This blog will be explaining negative SEO techniques that can pose a threat to websites so your SEO team can be prepared to identify these threats and defend against them.
- What are the most common negative SEO attacks that webmasters might encounter,
- How to detect these threats,
- How to defend and stay protected from them.
As many know SEO (stands for Search Engine Optimization), is the practice of improving a website’s content, structure and code to make it reach your audience and be more valuable for your users and more friendly for search engines to find, read and process.
But there is a dark side to it that is not so mainstream. There is a variety of unethical SEO techniques that spammers, counterfeiters and other bad actors abuse and that can pose a threat to any brands’ website.
Most of them fall under Black hat SEO and their goal is to get artificially high rankings in the search engine result pages very fast. These techniques try to find holes in the algorithm that Google and other search engines use to rank sites and exploit them in an attempt to game the system for quick gains.
Other less-known techniques are what we call “negative SEO”. These are still trying to game the system, but in a different way.
What is negative SEO?
Negative SEO is a set of unethical SEO tactics aimed at decreasing your competitors rankings, rather than improving your own.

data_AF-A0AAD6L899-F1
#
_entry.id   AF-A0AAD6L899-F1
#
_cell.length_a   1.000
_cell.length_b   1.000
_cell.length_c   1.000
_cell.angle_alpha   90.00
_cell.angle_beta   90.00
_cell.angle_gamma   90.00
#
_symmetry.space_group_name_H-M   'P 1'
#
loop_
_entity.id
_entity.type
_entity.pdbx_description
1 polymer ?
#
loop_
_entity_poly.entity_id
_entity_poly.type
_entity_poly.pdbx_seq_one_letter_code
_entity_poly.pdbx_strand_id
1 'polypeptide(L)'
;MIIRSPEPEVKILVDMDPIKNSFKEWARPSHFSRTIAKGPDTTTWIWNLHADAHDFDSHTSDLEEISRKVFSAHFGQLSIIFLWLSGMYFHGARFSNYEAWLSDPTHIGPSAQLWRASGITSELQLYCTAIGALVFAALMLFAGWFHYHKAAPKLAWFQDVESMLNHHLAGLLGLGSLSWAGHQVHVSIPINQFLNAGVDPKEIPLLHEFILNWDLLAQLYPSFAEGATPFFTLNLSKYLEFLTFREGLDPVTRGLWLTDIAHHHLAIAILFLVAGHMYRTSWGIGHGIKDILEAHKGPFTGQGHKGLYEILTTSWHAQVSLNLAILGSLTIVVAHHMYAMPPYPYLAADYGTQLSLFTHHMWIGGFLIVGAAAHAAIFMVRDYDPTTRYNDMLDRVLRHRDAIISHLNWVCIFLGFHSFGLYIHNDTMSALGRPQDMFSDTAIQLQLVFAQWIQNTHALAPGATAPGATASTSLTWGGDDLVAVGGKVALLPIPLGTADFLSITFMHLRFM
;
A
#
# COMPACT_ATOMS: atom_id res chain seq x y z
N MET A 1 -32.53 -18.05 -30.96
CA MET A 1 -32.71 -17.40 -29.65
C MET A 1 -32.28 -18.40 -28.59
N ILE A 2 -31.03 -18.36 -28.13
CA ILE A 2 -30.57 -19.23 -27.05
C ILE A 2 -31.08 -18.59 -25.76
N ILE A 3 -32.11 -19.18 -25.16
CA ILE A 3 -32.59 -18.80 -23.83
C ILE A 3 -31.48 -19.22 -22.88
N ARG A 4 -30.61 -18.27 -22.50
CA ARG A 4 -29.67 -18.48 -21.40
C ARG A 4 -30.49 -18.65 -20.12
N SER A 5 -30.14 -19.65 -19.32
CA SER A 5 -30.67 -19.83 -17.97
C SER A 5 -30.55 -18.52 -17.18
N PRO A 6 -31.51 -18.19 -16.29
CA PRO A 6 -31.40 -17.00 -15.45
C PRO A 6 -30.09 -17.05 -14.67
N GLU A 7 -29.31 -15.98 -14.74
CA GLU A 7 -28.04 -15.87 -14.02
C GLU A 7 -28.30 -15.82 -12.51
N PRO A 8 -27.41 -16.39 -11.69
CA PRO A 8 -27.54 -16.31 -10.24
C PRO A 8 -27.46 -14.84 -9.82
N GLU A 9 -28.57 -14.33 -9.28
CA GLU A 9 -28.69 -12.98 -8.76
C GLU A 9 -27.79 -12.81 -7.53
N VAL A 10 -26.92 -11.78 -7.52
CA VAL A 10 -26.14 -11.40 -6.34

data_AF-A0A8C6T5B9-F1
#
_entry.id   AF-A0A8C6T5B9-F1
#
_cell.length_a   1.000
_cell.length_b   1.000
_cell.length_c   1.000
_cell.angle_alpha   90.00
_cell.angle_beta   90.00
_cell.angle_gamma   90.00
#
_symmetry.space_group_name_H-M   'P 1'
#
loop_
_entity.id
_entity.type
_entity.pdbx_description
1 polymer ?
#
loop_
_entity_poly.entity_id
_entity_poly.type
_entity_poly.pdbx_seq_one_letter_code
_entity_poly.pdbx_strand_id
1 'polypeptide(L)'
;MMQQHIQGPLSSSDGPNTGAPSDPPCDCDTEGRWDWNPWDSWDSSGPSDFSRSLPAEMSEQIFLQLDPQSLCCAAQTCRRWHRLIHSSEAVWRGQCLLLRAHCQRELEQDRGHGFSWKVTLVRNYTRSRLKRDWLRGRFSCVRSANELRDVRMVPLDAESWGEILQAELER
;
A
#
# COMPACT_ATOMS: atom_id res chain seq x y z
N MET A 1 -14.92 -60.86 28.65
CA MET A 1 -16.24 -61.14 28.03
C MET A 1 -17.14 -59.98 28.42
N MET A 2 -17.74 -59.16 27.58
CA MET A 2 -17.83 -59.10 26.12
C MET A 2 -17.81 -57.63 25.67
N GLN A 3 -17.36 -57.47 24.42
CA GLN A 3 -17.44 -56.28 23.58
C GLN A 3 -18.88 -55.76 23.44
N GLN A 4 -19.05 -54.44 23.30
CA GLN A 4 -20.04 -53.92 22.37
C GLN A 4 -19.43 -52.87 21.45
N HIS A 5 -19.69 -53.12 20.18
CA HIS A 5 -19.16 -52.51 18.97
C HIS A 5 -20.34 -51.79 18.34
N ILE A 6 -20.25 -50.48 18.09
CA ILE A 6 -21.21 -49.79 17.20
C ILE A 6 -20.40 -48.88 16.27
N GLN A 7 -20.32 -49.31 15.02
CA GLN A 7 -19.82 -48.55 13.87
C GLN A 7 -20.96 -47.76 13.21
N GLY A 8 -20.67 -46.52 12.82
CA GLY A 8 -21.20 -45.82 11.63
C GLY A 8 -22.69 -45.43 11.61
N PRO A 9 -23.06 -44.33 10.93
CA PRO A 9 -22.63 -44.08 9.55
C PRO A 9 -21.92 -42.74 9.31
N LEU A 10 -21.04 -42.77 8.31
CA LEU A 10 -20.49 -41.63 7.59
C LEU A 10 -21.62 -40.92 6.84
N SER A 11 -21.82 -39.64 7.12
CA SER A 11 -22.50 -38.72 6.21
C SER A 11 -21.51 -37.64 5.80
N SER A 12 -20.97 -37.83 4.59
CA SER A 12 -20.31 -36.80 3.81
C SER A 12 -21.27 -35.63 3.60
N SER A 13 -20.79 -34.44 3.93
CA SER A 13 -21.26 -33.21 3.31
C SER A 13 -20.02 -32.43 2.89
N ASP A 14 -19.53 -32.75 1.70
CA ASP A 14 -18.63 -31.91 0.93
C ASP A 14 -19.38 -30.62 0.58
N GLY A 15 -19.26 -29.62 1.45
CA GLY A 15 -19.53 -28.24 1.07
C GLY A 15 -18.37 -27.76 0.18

This combined with black-hat SEO techniques can lead to counterfeiters outranking legitimate brands for their own products.
As the screenshot above shows, this unlucky forum member got hit by a rather basic negative SEO attack and was not prepared to identify it or defend against it, relying on other forum members to save his day.
Hopefully with the techniques I am going to list today, you will be protected against these kinds of attacks and have a solid methodology to keep your website safe.
Here you can find a Google Webmaster’s video as an introduction to negative SEO and some of the techniques that I will be sharing today.
Most used techniques and how to defend against them.
This is the most basic kind of negative SEO attack that your can be targeted with. It consists of spamming a website by sending a big quantity of low quality links. The attacker can either be the owner of the spammy sites or pay third parties to spam your site on his behalf.
Link farms used to be a black-hat technique that worked, before Google Penguin 2012 update. Since then, Google has started to identify these kind of links and penalizes them, so this turned into a negative SEO technique in the hopes of getting the competition’s rankings penalized by Google.
To make this technique more effective, the attacker can spam exact match anchor text, and this could prove more difficult to find out without the right tools.